Semiahmoo, WA. (September 13, 2011) – It was my privilege to participate in the inaugural blessing ceremony for the healing totem that was held at Semiahmoo Park, ancestral lands of the Lummi people, in Washington State.
I have attended pow wows in the past, but never a ceremony such as what I saw today.
Ceremonial blessings were offered by tribal elders, both in word and in song. We were also greeted by Chief Bill James of the Lummi nation and Chairman Clifford Cultee of the Lummi nation. Some of the greetings were in the Lummi language and some were in English.
One of the tribal elders used a smudge stick over all the 50 attendees as well as the totem itself in order to cleanse and purify with smoke.
The Chief wore a special blanket wrap and carried a staff. Many of the Lummi people also wore traditional woven hats made of cedar bark.
Also, those who were named as witnesses to the event, along with several other dignitaries, were presented with blankets. Jewell James, master carver of the totem, said during his remarks that offering the blankets was a way of showing affection and gratitude without being as “intrusive” as a hug.
I found the ceremony very moving because of the participation of the Lummi community. It was wonderful to see all generations present to acknowledge the importance of the event.
Chairman Cultee, during his remarks, mentioned that the U.S. is a nation in need of healing. I found this to be particularly poignant on the heels of the 10th anniversary of 9/11.
At another point it was said, “The pole isn’t sacred – the gathering of the people is what’s sacred.” It’s apparent that relationships and community are of great importance to the Lummi people.
Later, one of the Lummi elderly women, who was a tribal witness to the event, said she always mentions her age (93) because it honors the Great Spirit. She offered a prayer over the totem as well as the people that will be traveling with it.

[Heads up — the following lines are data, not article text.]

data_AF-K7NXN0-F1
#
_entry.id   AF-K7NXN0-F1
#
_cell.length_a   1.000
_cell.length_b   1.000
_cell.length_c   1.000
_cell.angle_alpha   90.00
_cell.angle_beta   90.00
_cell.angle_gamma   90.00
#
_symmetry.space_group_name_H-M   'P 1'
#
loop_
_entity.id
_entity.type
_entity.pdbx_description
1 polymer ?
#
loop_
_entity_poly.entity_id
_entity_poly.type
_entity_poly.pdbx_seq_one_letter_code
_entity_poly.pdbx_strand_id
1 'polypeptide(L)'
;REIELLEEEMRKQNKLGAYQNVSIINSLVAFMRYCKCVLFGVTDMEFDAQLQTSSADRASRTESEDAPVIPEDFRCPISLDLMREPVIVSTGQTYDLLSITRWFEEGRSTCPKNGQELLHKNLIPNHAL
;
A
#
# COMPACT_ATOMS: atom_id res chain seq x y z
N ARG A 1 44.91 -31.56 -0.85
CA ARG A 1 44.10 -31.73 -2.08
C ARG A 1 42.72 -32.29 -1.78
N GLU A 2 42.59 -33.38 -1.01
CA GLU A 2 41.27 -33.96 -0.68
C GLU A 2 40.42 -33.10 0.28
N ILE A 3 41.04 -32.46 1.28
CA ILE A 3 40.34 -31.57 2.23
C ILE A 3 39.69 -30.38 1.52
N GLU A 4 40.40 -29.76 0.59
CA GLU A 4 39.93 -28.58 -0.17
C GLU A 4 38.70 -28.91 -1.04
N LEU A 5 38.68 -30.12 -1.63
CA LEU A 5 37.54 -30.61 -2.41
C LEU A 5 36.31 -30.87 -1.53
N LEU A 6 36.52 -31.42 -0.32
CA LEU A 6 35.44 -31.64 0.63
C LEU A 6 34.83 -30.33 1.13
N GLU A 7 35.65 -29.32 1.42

I was moved that the blessings were offered not just over the totem, but also over Jewell James and the people with whom he would be traveling. It was touching to see his home community offering such care and concern for him and his family as they prepare for their long trip.
Jewell James said Native people often feel like they aren’t being heard, much like in the children’s story “Horton Hears A Who.” He added that the National Library of Medicine, by commissioning the healing totem and hosting the upcoming Native Voices exhibit, is saying “We hear you!”
I learned a lot about how the totem came into existence – how the tree was selected with input from the Forest Service, and how the images were chosen and why.
I was intrigued to learn that the images represent several different traditions. For example, the image of the Basket Woman at the bottom of the totem also integrates White Shell Woman from another tradition. I was also pleased to learn that the House of Tears Carvers involve many people from the community of all ages, and that children and young people are encouraged to help with the carving and painting of the totem.
The Lummi nation are also very proud of Jewell James and the House of Tears carvers – rightly so!
Consumer Health Outreach Coordinator, National Network of Libraries of Medicine
Pacific Northwest Region